GlobalData discovered that while 49% of global consumers claim to be buying the same quantities of meat as before, almost a quarter (22% of consumers**) were buying more than before. Indeed, 3% told GlobalData that they’re stockpiling meat products. We can expect this consumer behaviour to continue until the economic uncertainty surrounding Covid and the lockdowns abates.

Meat is the largest frozen food category, and GlobalData expects the 2020 sales boost to increase by a staggering $9.1bn compared to ‘non-Covid’ baseline figures. Similarly, frozen vegetables are set to add approximately $1.6bn and frozen potatoes are expected to add an extra $1.4bn in 2020. By 2023, these three categories are expected to add a combined value of $16.7bn relative to the baseline figures.

For consumers, frozen meat, potato and vegetables are an investment in future meals; they’re durable, tasty and often cheaper—all solid reasons to buy during the uncertainties of Covid-19 and afterwards. Food companies interested in growing their brand during Covid-19 and afterwards would do well to invest in low-cost, reliable frozen products.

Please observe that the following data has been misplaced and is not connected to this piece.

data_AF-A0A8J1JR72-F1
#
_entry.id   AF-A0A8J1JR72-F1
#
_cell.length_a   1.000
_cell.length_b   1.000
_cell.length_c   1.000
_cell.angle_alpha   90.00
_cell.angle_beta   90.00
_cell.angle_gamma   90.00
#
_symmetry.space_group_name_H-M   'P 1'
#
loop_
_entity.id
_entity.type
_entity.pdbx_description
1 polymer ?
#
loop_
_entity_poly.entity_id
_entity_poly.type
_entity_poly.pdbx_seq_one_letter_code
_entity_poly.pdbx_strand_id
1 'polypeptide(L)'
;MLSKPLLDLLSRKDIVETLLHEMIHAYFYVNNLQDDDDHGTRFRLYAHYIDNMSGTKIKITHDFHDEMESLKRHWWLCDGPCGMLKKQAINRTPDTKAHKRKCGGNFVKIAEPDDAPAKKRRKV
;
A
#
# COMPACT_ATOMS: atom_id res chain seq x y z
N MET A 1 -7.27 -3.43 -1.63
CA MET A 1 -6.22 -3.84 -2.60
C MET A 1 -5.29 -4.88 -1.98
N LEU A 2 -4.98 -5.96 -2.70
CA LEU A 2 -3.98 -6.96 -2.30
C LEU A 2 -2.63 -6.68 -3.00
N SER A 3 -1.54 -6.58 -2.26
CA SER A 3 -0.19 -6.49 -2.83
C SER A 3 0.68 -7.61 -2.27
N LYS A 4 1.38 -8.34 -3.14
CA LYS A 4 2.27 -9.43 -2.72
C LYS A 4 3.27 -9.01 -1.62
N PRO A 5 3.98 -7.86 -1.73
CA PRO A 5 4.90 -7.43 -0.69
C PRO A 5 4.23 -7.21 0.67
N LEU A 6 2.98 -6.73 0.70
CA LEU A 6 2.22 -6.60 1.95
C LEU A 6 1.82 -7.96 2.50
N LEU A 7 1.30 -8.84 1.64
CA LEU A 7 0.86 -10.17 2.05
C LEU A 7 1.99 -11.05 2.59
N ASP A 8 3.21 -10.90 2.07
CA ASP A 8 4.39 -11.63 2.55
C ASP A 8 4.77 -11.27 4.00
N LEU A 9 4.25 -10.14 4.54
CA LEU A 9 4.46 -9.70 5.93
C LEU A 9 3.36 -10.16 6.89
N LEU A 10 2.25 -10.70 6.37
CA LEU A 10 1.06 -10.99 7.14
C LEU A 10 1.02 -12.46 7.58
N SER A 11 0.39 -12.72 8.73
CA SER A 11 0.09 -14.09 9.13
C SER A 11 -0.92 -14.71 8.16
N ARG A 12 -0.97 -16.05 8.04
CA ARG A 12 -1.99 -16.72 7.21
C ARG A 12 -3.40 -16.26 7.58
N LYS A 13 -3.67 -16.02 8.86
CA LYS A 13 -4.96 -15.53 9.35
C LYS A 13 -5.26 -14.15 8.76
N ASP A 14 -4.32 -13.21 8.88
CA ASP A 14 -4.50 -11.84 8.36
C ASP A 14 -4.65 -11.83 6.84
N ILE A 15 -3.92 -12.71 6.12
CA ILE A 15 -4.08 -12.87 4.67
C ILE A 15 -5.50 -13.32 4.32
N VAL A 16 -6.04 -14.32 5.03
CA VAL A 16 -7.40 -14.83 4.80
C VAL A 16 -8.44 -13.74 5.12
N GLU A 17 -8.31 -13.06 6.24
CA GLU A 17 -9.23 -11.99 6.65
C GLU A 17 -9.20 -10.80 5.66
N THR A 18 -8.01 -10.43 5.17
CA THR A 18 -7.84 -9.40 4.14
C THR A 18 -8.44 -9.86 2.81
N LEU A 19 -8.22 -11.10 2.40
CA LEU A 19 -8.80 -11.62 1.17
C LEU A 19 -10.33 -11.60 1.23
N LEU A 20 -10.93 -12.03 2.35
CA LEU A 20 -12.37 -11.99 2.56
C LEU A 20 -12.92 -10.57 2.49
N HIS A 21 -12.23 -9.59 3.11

* COVID-19 week 7 recovery consumer survey, combining answers “it will get a bit worse” and “it will get significantly worse”

** COVID-19 week 7 recovery consumer survey, combining answers “I am buying slightly more than before”; “I have started buying this now”; “I am buying significantly more than before” and “I am stockpiling”

Free Whitepaper
img

What is the impact of China’s Zero-COVID lockdowns on economic activity, consumer goods and the foodservice industry?

While wanting to protect the country from being overwhelmed by Omicron, China’s adherence to a Zero-COVID policy is resulting in a significant economic downturn. COVID outbreaks in Shanghai, Beijing and many other Chinese cities will impact 2022’s economic growth as consumers and businesses experience rolling lockdowns, leading to a slowdown in domestic and international supply chains. China’s Zero-COVID policy is having a demonstrable impact on consumer-facing industries. Access GlobalData’s new whitepaper, China in 2022: the impact of China’s Zero-COVID lockdowns on economic activity, consumer goods and the foodservice industry, to examine the current situation in Shanghai and other cities in China, to better understand the worst-affected industry sectors, foodservice in particular, and to explore potential growth opportunities as China recovers. The white paper covers:
  • Which multinational companies have been affected?
  • What is the effect of lockdowns on foodservice?
  • What is the effect of lockdowns on Chinese ports?
  • Spotlight on Shanghai: what is the situation there?
  • How have Chinese consumers reacted?
  • How might the Chinese government react?
  • What are the potential growth opportunities?
by GlobalData
Enter your details here to receive your free Whitepaper.